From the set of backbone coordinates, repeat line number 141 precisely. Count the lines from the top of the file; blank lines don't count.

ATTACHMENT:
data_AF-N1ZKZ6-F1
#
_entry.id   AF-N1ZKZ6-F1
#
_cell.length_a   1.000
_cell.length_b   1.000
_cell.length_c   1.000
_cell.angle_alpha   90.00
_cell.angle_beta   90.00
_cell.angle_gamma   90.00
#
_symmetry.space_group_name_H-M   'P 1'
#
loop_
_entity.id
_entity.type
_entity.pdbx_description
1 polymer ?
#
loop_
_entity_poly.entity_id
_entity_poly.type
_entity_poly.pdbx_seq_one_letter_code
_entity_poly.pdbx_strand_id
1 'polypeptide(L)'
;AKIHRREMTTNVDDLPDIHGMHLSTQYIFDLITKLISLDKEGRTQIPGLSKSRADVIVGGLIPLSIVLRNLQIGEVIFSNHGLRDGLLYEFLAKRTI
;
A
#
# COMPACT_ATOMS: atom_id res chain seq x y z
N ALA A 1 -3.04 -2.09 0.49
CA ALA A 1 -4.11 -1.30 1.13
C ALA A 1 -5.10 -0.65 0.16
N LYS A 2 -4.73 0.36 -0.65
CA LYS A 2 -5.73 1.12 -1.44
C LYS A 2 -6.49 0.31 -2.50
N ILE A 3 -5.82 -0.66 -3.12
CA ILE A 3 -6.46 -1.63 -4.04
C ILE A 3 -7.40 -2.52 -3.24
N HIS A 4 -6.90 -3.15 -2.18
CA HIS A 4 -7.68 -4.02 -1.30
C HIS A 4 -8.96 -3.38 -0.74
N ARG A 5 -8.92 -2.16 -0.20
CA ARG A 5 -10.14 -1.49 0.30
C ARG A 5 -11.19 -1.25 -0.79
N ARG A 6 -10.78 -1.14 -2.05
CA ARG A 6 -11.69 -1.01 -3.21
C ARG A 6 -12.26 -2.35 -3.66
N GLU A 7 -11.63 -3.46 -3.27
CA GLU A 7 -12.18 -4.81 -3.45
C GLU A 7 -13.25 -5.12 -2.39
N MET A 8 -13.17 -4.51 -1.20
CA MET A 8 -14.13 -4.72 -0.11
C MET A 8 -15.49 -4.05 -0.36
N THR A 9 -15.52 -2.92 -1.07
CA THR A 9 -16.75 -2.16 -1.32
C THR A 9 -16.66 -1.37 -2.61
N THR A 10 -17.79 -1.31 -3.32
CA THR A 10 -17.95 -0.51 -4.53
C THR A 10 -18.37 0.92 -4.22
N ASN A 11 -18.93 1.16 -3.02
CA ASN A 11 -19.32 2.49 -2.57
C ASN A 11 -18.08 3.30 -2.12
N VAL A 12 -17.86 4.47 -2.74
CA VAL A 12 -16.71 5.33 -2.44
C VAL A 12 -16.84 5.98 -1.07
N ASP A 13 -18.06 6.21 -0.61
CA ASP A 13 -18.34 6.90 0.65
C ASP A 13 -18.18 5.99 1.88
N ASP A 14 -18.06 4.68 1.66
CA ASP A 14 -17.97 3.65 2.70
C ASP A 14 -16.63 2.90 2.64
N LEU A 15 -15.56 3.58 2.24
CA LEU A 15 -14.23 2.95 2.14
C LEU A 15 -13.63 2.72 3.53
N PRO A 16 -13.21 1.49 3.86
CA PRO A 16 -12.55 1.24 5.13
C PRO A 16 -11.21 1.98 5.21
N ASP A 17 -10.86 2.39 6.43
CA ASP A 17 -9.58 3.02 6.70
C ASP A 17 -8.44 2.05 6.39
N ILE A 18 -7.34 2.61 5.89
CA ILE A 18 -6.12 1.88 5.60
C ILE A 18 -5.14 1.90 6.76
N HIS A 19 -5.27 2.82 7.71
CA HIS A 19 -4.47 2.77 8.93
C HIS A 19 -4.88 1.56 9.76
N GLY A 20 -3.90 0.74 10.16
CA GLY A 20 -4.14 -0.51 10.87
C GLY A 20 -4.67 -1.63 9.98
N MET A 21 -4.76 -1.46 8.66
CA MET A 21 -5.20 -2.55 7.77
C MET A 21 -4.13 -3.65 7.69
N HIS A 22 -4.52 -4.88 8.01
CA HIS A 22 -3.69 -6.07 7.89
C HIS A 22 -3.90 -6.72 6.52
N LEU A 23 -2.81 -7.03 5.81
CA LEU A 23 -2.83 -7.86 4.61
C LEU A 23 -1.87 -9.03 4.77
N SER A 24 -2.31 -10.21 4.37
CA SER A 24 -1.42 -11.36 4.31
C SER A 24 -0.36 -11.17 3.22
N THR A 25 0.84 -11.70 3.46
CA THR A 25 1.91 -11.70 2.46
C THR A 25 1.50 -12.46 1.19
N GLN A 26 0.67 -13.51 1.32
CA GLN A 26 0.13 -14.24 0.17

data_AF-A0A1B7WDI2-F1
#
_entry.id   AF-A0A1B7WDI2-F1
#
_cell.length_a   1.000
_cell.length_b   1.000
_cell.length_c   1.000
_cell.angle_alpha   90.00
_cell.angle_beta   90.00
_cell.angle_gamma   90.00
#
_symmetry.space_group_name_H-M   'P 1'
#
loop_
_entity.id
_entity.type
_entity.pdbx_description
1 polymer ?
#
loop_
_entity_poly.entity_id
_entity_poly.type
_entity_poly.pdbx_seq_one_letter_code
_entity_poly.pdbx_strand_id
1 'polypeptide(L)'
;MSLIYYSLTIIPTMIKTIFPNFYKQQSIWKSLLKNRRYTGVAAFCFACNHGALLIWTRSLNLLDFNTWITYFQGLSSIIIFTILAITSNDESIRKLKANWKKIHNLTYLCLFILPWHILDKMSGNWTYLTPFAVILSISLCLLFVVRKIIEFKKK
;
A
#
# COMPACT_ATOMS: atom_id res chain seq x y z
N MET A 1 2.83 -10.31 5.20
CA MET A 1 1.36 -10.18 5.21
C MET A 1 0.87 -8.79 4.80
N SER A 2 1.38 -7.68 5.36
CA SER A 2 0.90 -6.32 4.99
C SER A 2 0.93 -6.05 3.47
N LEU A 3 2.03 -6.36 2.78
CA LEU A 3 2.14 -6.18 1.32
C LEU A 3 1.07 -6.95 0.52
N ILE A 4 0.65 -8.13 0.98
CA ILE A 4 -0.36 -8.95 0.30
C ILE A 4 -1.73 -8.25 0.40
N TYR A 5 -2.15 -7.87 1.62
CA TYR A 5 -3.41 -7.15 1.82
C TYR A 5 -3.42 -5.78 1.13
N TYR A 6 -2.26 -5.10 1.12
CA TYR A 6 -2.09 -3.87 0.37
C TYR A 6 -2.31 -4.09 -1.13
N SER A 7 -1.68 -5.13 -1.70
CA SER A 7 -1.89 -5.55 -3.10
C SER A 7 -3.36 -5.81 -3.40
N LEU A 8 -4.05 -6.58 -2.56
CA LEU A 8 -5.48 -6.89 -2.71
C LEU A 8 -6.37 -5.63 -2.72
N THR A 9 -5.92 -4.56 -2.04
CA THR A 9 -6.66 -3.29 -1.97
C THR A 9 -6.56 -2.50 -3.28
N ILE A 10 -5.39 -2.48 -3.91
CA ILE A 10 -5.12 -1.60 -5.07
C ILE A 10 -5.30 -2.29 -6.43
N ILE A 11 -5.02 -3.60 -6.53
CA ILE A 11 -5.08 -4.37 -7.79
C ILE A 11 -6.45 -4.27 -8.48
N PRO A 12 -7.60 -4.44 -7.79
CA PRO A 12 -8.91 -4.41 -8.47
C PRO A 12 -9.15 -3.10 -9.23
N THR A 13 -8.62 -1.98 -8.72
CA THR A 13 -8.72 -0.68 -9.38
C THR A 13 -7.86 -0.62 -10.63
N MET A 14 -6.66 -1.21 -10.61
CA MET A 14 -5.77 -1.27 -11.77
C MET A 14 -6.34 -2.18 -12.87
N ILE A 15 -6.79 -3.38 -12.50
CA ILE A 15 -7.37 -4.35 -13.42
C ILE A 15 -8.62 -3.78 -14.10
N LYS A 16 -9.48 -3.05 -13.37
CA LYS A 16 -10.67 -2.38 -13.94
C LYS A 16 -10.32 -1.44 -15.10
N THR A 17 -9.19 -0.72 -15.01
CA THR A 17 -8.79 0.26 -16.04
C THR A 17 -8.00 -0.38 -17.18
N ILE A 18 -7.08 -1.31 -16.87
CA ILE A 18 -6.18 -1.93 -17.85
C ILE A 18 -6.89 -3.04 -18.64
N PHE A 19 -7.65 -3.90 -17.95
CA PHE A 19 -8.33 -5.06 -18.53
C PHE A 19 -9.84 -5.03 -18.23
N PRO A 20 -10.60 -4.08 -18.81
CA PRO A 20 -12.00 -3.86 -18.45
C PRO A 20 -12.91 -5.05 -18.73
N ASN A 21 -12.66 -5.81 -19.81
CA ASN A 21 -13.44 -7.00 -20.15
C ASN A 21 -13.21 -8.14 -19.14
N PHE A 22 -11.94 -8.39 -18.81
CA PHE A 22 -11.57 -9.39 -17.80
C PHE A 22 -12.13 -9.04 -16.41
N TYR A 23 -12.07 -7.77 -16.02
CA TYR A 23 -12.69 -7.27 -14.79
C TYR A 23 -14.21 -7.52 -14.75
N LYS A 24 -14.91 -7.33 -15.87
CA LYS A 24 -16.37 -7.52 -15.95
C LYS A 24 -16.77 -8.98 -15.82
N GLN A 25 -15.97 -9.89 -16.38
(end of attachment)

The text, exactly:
N SER A 2 1.38 -7.68 5.36